I take this Turmeric Capsule from Supergood Hemp, because I trust the quality of the product. (The owner is Ashlae of Oh, Ladycakes and I trust her high standards.) The only other company I can recommend is Mowellens, because I have a close friend (that I also trust very much) who swears by their products and quality.
So yes, it’s expensive, but I have found it helpful enough to be worth it. Helpful enough to highly recommend. And if you’re using it seasonally, you wouldn’t have to pay for it all of the time!
7. Say yes.
This is one I have a lot of trouble with since I am both an introvert and a homebody. But all I know is that every time I say yes to a friend or activity or new experience or whatever, my mental state is approximately 1000x better. Get outside of your own mind. Stuff your heart and mind full of wonder and love and conversations and hugs. It will all help. So just say yes.
8. Go outside.
In the same way that it is important to exercise as often as you can, it’s also important to get outside. All too often in winter we go from house to car to office to car to home etc. We miss out on fresh air. We need that in our life. We that connection with life and earth and the air and any hint of sun.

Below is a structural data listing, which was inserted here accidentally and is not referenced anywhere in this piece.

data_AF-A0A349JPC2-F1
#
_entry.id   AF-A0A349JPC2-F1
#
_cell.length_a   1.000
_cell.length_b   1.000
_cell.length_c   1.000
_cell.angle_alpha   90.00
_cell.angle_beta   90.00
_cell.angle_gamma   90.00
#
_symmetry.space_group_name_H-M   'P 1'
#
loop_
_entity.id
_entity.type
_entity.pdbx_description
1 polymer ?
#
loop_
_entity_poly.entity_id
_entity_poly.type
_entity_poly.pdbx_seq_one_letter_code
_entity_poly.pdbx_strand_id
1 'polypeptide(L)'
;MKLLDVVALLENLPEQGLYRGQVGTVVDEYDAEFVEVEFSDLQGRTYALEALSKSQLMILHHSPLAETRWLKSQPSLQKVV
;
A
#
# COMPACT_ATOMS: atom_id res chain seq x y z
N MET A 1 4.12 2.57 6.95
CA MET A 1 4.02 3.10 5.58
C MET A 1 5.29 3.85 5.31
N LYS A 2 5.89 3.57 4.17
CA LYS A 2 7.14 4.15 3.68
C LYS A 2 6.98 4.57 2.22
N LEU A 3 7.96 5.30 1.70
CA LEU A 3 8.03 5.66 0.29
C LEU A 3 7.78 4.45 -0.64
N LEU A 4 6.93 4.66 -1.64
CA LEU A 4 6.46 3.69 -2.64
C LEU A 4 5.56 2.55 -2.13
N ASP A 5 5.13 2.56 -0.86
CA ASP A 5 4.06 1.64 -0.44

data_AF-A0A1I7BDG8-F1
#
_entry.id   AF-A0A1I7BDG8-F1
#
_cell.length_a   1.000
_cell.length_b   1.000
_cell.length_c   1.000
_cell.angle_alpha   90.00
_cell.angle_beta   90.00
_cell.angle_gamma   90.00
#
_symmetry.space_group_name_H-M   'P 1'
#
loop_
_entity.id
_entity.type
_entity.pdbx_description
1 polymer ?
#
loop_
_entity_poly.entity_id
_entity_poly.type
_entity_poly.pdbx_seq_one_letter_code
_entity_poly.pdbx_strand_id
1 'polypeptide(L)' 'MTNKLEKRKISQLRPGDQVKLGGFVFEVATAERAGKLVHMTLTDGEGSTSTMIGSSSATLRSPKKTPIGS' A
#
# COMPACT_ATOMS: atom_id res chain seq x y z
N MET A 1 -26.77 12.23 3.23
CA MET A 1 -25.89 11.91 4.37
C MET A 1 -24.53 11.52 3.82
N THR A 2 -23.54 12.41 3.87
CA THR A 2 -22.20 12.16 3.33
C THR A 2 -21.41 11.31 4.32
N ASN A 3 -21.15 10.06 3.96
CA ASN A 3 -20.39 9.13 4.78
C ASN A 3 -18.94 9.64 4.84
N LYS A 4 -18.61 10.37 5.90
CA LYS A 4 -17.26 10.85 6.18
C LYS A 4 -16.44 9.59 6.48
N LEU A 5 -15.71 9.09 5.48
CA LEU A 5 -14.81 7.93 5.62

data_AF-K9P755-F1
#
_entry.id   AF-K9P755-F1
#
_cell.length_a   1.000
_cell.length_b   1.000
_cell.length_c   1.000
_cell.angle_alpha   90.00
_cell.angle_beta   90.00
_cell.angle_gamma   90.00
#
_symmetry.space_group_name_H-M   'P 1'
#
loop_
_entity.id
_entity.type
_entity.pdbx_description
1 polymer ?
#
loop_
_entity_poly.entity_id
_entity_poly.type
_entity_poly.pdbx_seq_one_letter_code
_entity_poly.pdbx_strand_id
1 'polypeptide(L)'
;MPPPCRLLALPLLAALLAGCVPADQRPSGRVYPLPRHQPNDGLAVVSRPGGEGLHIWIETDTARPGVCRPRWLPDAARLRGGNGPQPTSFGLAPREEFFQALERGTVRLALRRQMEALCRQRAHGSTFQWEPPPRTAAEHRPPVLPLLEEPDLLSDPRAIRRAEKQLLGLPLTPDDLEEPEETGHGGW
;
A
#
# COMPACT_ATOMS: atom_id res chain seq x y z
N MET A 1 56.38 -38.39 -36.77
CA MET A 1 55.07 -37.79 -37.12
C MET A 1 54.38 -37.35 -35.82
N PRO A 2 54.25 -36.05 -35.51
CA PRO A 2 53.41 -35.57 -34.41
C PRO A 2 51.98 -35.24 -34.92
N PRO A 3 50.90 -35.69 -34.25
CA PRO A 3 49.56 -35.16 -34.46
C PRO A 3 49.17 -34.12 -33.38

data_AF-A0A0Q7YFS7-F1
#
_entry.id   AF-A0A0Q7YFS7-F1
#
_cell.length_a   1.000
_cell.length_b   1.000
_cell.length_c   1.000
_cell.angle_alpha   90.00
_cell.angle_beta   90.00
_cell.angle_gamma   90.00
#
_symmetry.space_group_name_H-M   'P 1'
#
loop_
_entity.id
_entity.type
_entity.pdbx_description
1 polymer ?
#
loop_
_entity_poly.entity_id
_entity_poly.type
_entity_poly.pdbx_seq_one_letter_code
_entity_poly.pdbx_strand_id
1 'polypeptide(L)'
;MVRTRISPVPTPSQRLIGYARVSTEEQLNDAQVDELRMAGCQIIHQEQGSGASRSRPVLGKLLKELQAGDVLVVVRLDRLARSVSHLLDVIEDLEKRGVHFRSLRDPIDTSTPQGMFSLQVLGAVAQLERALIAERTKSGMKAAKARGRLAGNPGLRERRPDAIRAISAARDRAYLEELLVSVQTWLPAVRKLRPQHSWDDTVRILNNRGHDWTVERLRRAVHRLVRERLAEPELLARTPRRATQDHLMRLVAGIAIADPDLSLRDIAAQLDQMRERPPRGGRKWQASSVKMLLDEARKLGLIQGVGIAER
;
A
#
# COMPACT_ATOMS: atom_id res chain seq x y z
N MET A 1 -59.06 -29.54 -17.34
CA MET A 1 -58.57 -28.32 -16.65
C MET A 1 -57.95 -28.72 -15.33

9. Get witchy with it.
This tip isn’t going to resonate with everyone and I’m totally okay with that. If essential oils, lighting candles, burning sage and palo santo aren’t for you, that’s fine. But for me this stuff really works, and I think it all really comes down to setting intentions and clearing space for yourself. I use essential oils to lift my mood or calm me down. (My favorites are this blend from Modern Mystic Shop and lavender for stress relief.) I use sage and palo santo to set intentions and clear out a calming space for myself. Or if you are having a particularly bad day, I use some of these rituals as “reset buttons,” allowing some physical action to symbolize the internal reset I want to take.
10. Practice self forgiveness.
This is the hardest and most important of all of the tips. One of the worst parts of Seasonal Affective Disorder is the endless guilt and shame that comes with feeling under productive, under motivated and generally blah. I find myself kicking myself because I can’t accomplish as much as I normally would, or I don’t have as much of a go-getter attitude as I normally would. So a huge piece of SAD is accepting that this is all temporary and that it’s okay if I am slower for a while. It’s okay for me to do less. It’s okay for me to take more time for rest. It’s okay. That self acceptance and self forgiveness is huge. It’s not always easy to find, but it’s so important to try.
Again, please remember that you don’t have to be clinically depressed in order to take action. No matter to what degree you feel the effects of SAD, all are valid and all are worthy of care. Take care of your mind and body this winter. They’re the only ones you’ve got. xo.